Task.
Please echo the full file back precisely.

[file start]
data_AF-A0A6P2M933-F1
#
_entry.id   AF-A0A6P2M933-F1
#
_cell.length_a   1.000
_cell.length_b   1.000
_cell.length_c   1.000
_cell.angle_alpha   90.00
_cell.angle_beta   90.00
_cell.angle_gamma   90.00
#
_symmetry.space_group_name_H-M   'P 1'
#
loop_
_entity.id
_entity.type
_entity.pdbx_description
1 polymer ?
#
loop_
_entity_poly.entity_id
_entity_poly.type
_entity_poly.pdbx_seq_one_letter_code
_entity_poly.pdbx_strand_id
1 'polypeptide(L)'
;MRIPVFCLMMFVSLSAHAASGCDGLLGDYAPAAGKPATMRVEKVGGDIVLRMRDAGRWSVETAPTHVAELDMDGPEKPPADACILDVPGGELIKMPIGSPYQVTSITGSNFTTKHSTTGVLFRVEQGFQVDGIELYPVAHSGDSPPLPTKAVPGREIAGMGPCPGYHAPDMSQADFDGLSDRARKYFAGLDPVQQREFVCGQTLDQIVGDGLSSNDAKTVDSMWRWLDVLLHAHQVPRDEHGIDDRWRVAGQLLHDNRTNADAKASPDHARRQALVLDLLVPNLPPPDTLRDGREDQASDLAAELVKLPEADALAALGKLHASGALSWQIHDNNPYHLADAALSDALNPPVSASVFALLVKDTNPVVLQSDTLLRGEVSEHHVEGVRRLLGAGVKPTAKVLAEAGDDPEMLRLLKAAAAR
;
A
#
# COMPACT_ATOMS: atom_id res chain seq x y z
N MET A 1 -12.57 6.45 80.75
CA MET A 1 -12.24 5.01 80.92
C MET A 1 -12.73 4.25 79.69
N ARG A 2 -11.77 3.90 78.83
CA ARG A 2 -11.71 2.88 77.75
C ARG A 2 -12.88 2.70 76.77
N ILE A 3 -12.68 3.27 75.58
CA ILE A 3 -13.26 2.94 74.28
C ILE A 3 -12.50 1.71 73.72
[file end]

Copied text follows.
data_AF-A0A6P2M933-F1
#
_entry.id   AF-A0A6P2M933-F1
#
_cell.length_a   1.000
_cell.length_b   1.000
_cell.length_c   1.000
_cell.angle_alpha   90.00
_cell.angle_beta   90.00
_cell.angle_gamma   90.00
#
_symmetry.space_group_name_H-M   'P 1'
#
loop_
_entity.id
_entity.type
_entity.pdbx_description
1 polymer ?
#
loop_
_entity_poly.entity_id
_entity_poly.type
_entity_poly.pdbx_seq_one_letter_code
_entity_poly.pdbx_strand_id
1 'polypeptide(L)'
;MRIPVFCLMMFVSLSAHAASGCDGLLGDYAPAAGKPATMRVEKVGGDIVLRMRDAGRWSVETAPTHVAELDMDGPEKPPADACILDVPGGELIKMPIGSPYQVTSITGSNFTTKHSTTGVLFRVEQGFQVDGIELYPVAHSGDSPPLPTKAVPGREIAGMGPCPGYHAPDMSQADFDGLSDRARKYFAGLDPVQQREFVCGQTLDQIVGDGLSSNDAKTVDSMWRWLDVLLHAHQVPRDEHGIDDRWRVAGQLLHDNRTNADAKASPDHARRQALVLDLLVPNLPPPDTLRDGREDQASDLAAELVKLPEADALAALGKLHASGALSWQIHDNNPYHLADAALSDALNPPVSASVFALLVKDTNPVVLQSDTLLRGEVSEHHVEGVRRLLGAGVKPTAKVLAEAGDDPEMLRLLKAAAAR
;
A
#
# COMPACT_ATOMS: atom_id res chain seq x y z
N MET A 1 -12.57 6.45 80.75
CA MET A 1 -12.24 5.01 80.92
C MET A 1 -12.73 4.25 79.69
N ARG A 2 -11.77 3.90 78.83
CA ARG A 2 -11.71 2.88 77.75
C ARG A 2 -12.88 2.70 76.77
N ILE A 3 -12.68 3.27 75.58
CA ILE A 3 -13.26 2.94 74.28
C ILE A 3 -12.50 1.71 73.72